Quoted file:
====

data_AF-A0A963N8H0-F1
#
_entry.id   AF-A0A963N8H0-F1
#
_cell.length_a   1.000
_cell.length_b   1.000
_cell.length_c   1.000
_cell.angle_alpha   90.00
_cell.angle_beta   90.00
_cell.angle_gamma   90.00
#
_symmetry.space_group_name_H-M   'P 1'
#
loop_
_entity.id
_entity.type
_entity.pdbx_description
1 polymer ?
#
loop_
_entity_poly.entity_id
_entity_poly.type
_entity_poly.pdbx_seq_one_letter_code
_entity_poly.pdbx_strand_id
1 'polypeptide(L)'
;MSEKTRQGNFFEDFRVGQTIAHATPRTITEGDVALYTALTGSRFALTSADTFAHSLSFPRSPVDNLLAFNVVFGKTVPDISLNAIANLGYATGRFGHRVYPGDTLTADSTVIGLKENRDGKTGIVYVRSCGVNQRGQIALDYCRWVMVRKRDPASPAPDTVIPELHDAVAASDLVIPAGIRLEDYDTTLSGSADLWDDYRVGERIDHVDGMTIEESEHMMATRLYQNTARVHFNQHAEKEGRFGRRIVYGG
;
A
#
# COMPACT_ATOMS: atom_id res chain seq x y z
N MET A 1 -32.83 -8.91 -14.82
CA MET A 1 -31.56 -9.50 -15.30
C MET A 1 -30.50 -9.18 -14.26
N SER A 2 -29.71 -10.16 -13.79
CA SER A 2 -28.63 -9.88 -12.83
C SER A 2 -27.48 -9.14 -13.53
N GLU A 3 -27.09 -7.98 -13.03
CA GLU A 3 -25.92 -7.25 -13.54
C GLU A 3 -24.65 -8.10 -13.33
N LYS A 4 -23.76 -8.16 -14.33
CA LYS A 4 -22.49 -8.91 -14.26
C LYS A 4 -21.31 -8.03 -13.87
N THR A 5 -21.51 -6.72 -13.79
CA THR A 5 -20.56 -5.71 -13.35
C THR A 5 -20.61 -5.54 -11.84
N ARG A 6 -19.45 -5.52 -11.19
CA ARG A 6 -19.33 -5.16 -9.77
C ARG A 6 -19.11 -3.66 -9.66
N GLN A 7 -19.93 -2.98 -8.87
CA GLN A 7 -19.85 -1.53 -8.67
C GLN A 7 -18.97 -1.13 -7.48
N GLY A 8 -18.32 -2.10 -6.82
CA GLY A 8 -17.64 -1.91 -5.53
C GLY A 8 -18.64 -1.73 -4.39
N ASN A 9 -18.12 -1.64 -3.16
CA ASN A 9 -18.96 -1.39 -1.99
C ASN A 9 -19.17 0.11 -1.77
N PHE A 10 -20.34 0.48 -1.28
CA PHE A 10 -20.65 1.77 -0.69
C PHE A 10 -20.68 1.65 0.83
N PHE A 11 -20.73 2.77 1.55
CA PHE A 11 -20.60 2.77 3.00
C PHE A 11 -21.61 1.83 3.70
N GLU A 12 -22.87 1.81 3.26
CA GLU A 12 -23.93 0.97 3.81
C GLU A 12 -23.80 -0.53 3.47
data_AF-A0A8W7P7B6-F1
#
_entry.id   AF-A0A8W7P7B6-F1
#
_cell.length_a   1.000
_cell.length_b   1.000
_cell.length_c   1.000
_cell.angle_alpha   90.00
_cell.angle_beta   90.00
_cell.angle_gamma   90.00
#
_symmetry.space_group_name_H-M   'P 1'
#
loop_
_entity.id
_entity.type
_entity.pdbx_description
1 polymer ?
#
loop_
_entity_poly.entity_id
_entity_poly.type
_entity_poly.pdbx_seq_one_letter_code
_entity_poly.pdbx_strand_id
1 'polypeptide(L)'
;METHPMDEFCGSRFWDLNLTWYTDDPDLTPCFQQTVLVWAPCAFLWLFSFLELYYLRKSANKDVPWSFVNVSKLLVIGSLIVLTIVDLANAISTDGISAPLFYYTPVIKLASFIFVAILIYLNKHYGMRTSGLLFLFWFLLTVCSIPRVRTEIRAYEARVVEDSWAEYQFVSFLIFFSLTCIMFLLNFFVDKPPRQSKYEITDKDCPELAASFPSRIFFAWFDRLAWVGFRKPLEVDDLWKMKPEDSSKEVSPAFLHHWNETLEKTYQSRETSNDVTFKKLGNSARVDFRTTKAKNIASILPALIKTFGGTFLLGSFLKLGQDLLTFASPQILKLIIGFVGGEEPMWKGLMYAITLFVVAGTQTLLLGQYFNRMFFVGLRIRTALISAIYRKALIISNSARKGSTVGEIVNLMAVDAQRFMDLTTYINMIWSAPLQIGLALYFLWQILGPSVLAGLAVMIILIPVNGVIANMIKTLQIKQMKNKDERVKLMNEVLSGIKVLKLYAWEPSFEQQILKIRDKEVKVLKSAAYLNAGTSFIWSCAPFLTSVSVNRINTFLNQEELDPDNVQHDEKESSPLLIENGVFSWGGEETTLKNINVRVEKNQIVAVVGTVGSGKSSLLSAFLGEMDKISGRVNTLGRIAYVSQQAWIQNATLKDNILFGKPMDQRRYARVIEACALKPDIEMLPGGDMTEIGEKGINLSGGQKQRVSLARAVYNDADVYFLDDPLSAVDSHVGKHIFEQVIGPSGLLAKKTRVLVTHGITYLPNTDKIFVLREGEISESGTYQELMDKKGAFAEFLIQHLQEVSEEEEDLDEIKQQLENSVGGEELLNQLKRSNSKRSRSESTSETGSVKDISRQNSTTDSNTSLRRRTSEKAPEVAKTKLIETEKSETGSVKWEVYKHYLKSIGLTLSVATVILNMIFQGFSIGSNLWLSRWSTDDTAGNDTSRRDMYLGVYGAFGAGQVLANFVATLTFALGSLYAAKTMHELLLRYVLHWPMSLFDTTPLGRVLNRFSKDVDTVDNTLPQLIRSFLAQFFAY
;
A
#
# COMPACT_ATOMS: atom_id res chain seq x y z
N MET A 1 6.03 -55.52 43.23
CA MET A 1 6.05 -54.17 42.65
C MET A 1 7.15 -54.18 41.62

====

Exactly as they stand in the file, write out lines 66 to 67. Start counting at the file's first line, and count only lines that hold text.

C GLU A 12 -23.80 -0.53 3.47
data_AF-A0A8W7P7B6-F1